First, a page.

This summer was a busy one; from Cape Cod to Boston to Vermont, we have been planning events all over New England! Way back in June (seems like ages ago doesn’t it?) we had our first big program of the summer down the Cape. The three-day program was ripe with activities and the chance to learn new skills such as sushi rolling, floral arranging, and even how to set a hawk in flight. Falconry was one of the most unique and exciting events of the program, where guests learned the history of falconry before having the opportunity to handle and free-fly a trained Harris Hawk. Talk about a one-of-a-kind experience!
Victoria even got in on the action!
Here are some interesting tidbits that Chris Davis, a Master Falconer and breeder from New England Falconry, shared with guests during their introductory falconry session:
- Falconry is an ancient activity that dates all the way back to 2000 BC and Mesopotamia! The sport did not reach the height of its popularity until the 17th century in Europe and didn’t travel over to America until the 1930s.
- In medieval Europe, the Middle East, and the Mongolian Empire falconry was a status symbol and a hobby largely restricted to nobles. In order to be successful you needed time, money, and space. This is still very true today; taking care of a bird (or two or 3) is definitely a full time job!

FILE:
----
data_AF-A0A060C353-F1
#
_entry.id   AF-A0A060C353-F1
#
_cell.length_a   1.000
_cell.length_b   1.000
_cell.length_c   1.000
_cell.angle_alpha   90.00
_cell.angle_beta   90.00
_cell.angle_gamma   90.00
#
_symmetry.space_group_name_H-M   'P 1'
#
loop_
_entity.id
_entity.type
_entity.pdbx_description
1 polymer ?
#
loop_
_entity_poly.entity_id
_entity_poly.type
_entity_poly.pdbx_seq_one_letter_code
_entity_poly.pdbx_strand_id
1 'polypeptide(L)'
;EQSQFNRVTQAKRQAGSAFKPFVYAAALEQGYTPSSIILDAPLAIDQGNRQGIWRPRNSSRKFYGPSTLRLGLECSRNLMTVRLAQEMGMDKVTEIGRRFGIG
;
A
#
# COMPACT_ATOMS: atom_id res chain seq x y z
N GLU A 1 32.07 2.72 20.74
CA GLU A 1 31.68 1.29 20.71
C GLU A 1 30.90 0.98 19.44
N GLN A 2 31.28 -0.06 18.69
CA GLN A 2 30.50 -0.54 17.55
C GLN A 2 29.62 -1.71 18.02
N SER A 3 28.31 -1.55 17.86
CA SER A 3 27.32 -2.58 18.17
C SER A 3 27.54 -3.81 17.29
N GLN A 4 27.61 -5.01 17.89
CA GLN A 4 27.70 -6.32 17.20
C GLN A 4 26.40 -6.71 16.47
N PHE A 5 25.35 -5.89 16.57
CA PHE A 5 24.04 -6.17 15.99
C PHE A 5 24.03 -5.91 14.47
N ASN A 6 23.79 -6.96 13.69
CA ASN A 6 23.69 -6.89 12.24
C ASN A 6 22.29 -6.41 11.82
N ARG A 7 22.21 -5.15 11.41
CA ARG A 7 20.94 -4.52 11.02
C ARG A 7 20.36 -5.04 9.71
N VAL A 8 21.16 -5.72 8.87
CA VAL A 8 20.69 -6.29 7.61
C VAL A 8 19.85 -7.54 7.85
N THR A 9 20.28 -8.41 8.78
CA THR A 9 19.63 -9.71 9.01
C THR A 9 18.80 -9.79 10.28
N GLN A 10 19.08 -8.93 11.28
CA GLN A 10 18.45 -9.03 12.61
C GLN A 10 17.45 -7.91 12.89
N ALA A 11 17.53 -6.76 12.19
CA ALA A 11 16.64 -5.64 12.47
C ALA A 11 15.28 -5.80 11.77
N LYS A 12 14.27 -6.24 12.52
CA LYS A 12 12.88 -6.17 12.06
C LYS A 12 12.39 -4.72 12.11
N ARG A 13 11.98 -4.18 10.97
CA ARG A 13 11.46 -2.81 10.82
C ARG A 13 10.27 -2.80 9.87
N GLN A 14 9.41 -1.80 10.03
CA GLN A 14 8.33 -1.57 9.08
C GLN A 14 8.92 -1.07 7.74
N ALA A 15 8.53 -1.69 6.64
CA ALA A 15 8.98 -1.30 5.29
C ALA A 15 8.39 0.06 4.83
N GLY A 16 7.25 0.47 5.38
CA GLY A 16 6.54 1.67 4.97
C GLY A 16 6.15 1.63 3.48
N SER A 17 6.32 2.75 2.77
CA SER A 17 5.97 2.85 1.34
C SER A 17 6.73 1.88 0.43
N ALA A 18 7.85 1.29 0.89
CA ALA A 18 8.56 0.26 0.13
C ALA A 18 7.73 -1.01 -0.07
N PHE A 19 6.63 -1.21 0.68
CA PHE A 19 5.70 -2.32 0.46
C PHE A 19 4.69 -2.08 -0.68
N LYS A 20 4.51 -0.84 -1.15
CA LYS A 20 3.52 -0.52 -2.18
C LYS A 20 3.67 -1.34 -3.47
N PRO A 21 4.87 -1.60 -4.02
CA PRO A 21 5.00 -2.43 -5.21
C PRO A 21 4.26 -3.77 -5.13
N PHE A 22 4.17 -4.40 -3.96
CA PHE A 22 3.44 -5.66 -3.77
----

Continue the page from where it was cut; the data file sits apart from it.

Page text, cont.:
- Becoming a falconer is harder than you might think! All falconers start as apprentices and in North America must trap their first hawk from the wild. After their two year apprenticeship, falconers must maintain a general class license for at least 5 years before they can become a Master Falconer.
- Falconry is legal in all states except one… Hawaii!
Chris brought two hawks to demonstrate hands-on falconry education. The activity was unpredictable and exciting, and definitely gave guests something to talk about later!